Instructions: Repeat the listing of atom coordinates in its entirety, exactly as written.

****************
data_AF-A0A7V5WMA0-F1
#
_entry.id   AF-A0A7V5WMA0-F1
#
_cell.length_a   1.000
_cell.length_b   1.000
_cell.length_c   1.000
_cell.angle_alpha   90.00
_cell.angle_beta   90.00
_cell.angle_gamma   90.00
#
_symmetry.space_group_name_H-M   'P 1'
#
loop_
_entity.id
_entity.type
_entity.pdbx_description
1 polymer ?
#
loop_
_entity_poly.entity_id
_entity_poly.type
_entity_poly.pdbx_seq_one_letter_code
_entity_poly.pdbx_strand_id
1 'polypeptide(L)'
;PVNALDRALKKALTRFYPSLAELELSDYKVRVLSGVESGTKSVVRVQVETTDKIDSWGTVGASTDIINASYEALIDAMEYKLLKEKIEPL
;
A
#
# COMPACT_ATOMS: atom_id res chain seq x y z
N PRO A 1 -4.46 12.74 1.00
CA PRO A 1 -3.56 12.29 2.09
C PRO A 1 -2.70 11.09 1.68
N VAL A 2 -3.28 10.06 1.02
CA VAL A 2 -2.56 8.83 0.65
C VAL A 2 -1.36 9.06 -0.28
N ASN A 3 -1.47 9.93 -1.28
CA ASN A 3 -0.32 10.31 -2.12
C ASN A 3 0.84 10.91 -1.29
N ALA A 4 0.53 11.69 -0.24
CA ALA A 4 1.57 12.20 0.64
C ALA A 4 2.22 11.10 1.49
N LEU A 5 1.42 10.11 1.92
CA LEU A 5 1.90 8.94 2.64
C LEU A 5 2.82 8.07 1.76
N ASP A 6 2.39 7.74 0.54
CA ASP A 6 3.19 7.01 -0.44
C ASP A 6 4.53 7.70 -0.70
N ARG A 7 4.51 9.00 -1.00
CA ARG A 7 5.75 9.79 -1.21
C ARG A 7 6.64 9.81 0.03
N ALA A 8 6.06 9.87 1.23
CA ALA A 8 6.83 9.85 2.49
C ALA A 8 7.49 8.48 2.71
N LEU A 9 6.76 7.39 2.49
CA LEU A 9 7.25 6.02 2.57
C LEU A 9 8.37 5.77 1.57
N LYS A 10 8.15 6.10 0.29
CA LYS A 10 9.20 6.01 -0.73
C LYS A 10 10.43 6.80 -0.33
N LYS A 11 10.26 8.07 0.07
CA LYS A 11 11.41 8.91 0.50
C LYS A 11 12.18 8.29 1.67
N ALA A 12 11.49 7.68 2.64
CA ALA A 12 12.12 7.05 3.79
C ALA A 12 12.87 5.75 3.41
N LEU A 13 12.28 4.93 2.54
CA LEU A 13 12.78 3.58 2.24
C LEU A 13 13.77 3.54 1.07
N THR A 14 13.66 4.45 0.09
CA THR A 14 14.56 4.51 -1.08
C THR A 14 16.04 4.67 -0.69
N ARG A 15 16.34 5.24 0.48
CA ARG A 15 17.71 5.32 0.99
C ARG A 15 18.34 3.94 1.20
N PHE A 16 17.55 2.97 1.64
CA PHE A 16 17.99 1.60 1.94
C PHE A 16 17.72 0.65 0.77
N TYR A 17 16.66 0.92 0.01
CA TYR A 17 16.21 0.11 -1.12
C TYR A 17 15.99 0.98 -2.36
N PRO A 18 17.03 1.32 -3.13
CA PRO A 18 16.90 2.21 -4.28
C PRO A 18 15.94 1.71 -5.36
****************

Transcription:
data_AF-A0A7V5WMA0-F1
#
_entry.id   AF-A0A7V5WMA0-F1
#
_cell.length_a   1.000
_cell.length_b   1.000
_cell.length_c   1.000
_cell.angle_alpha   90.00
_cell.angle_beta   90.00
_cell.angle_gamma   90.00
#
_symmetry.space_group_name_H-M   'P 1'
#
loop_
_entity.id
_entity.type
_entity.pdbx_description
1 polymer ?
#
loop_
_entity_poly.entity_id
_entity_poly.type
_entity_poly.pdbx_seq_one_letter_code
_entity_poly.pdbx_strand_id
1 'polypeptide(L)'
;PVNALDRALKKALTRFYPSLAELELSDYKVRVLSGVESGTKSVVRVQVETTDKIDSWGTVGASTDIINASYEALIDAMEYKLLKEKIEPL
;
A
#
# COMPACT_ATOMS: atom_id res chain seq x y z
N PRO A 1 -4.46 12.74 1.00
CA PRO A 1 -3.56 12.29 2.09
C PRO A 1 -2.70 11.09 1.68
N VAL A 2 -3.28 10.06 1.02
CA VAL A 2 -2.56 8.83 0.65
C VAL A 2 -1.36 9.06 -0.28
N ASN A 3 -1.47 9.93 -1.28
CA ASN A 3 -0.32 10.31 -2.12
C ASN A 3 0.84 10.91 -1.29
N ALA A 4 0.53 11.69 -0.24
CA ALA A 4 1.57 12.20 0.64
C ALA A 4 2.22 11.10 1.49
N LEU A 5 1.42 10.11 1.92
CA LEU A 5 1.90 8.94 2.64
C LEU A 5 2.82 8.07 1.76
N ASP A 6 2.39 7.74 0.54
CA ASP A 6 3.19 7.01 -0.44
C ASP A 6 4.53 7.70 -0.70
N ARG A 7 4.51 9.00 -1.00
CA ARG A 7 5.75 9.79 -1.21
C ARG A 7 6.64 9.81 0.03
N ALA A 8 6.06 9.87 1.23
CA ALA A 8 6.83 9.85 2.49
C ALA A 8 7.49 8.48 2.71
N LEU A 9 6.76 7.39 2.49
CA LEU A 9 7.25 6.02 2.57
C LEU A 9 8.37 5.77 1.57
N LYS A 10 8.15 6.10 0.29
CA LYS A 10 9.20 6.01 -0.73
C LYS A 10 10.43 6.80 -0.33
N LYS A 11 10.26 8.07 0.07
CA LYS A 11 11.41 8.91 0.50
C LYS A 11 12.18 8.29 1.67
N ALA A 12 11.49 7.68 2.64
CA ALA A 12 12.12 7.05 3.79
C ALA A 12 12.87 5.75 3.41
N LEU A 13 12.28 4.93 2.54
CA LEU A 13 12.78 3.58 2.24
C LEU A 13 13.77 3.54 1.07
N THR A 14 13.66 4.45 0.09
CA THR A 14 14.56 4.51 -1.08
C THR A 14 16.04 4.67 -0.69
N ARG A 15 16.34 5.24 0.48
CA ARG A 15 17.71 5.32 0.99
C ARG A 15 18.34 3.94 1.20
N PHE A 16 17.55 2.97 1.64
CA PHE A 16 17.99 1.60 1.94
C PHE A 16 17.72 0.65 0.77
N TYR A 17 16.66 0.92 0.01
CA TYR A 17 16.21 0.11 -1.12
C TYR A 17 15.99 0.98 -2.36
N PRO A 18 17.03 1.32 -3.13
CA PRO A 18 16.90 2.21 -4.28
C PRO A 18 15.94 1.71 -5.36